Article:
My name is Tanner Hendrickson, and I am a Picross 3D: Round 2 addict. I freely admit that I have a problem. After tirelessly campaigning for a release outside of Japan, Nintendo of America acquiesced and gave puzzle fans in the Americas (and soon, Europe) the best reason to own a Nintendo console since, well, the original Picross 3D. It was scary there for a while, but we did it. And boy, was it worth the wait.
Picross 3D is similar to its two-dimensional namesake in that you use numerical hints to deduce the proper locations of boxes, eventually revealing a recognizable image. The transition to the third dimension necessitated a change in mechanics to keep the experience from getting obnoxiously fiddly to play. Instead of trying to place blocks in 3D space, you instead remove blocks from a much larger block. Where Picross is paint-by-numbers, Picross 3D is marble-sclupture-by-numbers. I’m a huge fan of traditional Picross, but there’s something about creating through destruction in Picross 3D that’s even more satisfying to me.
Picross 3D: Round 2 advances the formula established in the first release by introducing a second block type into the mix. Now blocks are either blue or yellow. Blue blocks are regular cubes, but yellow blocks turn into more complex shapes once their row or column is completed. The immediate result of this new mechanic is that the finished models can be much more complex than in the first game. But beyond the surface effects, it adds a whole new deductive layer to the game.
You now have to not only deduce which blocks remain, but also which color they are. The process of solving a puzzle changes significantly, which is something I was not expecting. I would’ve been perfectly fine with just “More Picross 3D”, but Picross 3D: Round 2 managed to far surpass my expectations with this new twist.
I was expecting to breeze through Round 2 even on the hard setting, having completed the original game about two and a half times. The dual-color system was a rug pull in the best way, forcing me to change my approach and learn new strategies. Puzzles now take significantly more time and brain power to solve, especially when trying to minimize mistakes. The one downside to this new addition is that the tool count ballooned from two to five to accommodate it. Most of the mistakes I made were the result of forgetting which tool I was selecting, but this shouldn’t be as big of an issue for newcomers to the series.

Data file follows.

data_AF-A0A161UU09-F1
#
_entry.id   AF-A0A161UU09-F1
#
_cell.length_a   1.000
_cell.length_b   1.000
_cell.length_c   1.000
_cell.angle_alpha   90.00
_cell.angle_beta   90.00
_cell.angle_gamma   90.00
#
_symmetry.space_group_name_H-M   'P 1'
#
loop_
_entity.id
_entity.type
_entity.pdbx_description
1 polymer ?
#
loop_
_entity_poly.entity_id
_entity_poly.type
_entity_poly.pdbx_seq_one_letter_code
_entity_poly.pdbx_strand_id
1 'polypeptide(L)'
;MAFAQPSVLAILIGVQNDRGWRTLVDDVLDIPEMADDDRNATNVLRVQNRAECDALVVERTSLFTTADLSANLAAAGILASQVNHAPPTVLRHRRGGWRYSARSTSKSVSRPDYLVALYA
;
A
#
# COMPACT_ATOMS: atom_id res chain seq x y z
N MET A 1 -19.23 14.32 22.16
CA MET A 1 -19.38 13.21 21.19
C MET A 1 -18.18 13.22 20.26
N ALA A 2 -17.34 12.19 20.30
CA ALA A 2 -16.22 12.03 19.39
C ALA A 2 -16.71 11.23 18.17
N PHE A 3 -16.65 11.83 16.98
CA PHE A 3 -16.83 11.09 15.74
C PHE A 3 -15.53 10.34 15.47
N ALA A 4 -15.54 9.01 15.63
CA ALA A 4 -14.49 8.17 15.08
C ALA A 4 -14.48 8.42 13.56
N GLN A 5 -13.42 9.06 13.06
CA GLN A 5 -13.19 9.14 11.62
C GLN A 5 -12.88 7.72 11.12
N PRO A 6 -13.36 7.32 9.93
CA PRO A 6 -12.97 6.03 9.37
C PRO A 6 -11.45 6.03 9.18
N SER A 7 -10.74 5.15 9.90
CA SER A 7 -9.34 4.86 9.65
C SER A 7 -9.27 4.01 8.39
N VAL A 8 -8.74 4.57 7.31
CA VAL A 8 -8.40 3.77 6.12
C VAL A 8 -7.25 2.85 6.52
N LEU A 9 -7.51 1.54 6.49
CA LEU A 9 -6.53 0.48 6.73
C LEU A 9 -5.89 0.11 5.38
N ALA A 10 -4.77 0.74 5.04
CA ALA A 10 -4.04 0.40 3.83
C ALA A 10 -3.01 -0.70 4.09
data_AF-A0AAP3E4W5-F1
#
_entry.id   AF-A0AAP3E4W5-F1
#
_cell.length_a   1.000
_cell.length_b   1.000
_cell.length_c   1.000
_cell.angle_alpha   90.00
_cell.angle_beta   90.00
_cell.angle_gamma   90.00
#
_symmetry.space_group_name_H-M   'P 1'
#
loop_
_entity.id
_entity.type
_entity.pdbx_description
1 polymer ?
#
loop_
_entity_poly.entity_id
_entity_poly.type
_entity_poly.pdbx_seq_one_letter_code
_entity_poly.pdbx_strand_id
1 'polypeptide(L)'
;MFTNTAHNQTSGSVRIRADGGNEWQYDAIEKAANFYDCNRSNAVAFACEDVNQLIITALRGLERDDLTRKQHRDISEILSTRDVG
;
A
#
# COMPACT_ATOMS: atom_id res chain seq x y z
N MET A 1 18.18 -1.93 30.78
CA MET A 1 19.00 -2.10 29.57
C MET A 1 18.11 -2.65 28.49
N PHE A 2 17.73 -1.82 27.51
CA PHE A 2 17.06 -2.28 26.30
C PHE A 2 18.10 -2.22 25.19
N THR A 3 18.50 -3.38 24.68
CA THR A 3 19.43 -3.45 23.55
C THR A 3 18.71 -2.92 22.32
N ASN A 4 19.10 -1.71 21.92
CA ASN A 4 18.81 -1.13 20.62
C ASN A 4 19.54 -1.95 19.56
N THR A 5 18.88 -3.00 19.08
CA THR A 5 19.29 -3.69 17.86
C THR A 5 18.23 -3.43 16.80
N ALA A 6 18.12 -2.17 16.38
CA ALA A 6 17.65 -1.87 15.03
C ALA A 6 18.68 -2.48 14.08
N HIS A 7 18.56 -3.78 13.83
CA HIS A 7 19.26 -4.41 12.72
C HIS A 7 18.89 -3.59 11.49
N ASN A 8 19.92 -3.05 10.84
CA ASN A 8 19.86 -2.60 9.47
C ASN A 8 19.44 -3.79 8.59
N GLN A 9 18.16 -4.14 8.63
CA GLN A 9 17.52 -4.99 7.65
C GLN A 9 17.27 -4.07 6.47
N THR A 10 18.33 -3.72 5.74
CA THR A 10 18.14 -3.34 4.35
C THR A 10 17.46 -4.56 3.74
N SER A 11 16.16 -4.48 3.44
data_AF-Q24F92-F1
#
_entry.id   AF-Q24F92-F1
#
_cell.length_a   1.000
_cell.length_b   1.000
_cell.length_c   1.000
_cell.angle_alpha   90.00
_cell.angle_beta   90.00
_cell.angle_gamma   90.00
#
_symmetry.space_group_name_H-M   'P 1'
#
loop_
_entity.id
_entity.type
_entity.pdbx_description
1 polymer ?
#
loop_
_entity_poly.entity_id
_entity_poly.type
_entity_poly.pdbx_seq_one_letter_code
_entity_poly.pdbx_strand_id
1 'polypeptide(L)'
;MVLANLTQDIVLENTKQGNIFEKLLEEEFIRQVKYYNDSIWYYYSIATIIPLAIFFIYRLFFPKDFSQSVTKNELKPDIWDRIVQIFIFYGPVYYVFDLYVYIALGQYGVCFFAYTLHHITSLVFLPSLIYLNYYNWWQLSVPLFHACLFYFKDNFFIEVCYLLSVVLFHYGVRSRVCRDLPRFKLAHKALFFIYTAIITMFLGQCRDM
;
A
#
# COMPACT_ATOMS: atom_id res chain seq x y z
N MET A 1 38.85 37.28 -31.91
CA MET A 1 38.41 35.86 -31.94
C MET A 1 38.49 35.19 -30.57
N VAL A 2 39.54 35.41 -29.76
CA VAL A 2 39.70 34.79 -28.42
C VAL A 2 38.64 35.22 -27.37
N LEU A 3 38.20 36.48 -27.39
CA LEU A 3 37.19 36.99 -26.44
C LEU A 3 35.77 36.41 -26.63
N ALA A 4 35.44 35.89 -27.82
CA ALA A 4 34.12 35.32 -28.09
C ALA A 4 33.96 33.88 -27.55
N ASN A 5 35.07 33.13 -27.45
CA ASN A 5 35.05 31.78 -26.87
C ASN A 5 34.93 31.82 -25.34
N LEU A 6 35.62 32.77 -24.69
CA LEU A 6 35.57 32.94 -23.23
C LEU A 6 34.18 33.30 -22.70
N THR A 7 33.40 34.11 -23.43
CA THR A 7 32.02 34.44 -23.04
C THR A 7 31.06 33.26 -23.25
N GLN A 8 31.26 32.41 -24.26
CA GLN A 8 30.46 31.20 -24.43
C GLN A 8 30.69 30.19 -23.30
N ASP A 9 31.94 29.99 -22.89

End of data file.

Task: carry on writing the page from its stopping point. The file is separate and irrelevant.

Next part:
As with nearly every Nintendo/HAL production, the level of polish is unmatched. The barely-there framing device for the game is a sort of puzzle cafe (Oh, how I long to go there!) that is seen in the background of the main menus and the puzzle results screen. The finished puzzles become little wooden figurines that get displayed on the upper screen of the main menu in random assortments. Every puzzle also has adorably quaint flavor text, which is especially nice to have for the puzzles that are specific to Japanese culture. Also, the sound design on the puzzles is amazing. The painting and brick-breaking sound effects are as addictive and satisfying as popping a sheet of bubble wrap.
All of this adds up to create the most addictive puzzle game I’ve ever played. I’m not exaggerating when I say that I played fifty hours in the first two weeks of Round 2’s release. Towards the end of that period, I hit what I thought to be the end of the game. I thought I was finally free but, no. After the credits rolled, an entirely new set of puzzles unlocked. I think it might be the meanest thing a game has ever done to me. Or the nicest. It’s the kind of game where I don’t know whether to give a recommendation or a warning. If you have a 3DS and enjoy puzzles at all, you should absolutely buy this game. Just keep the methadone handy.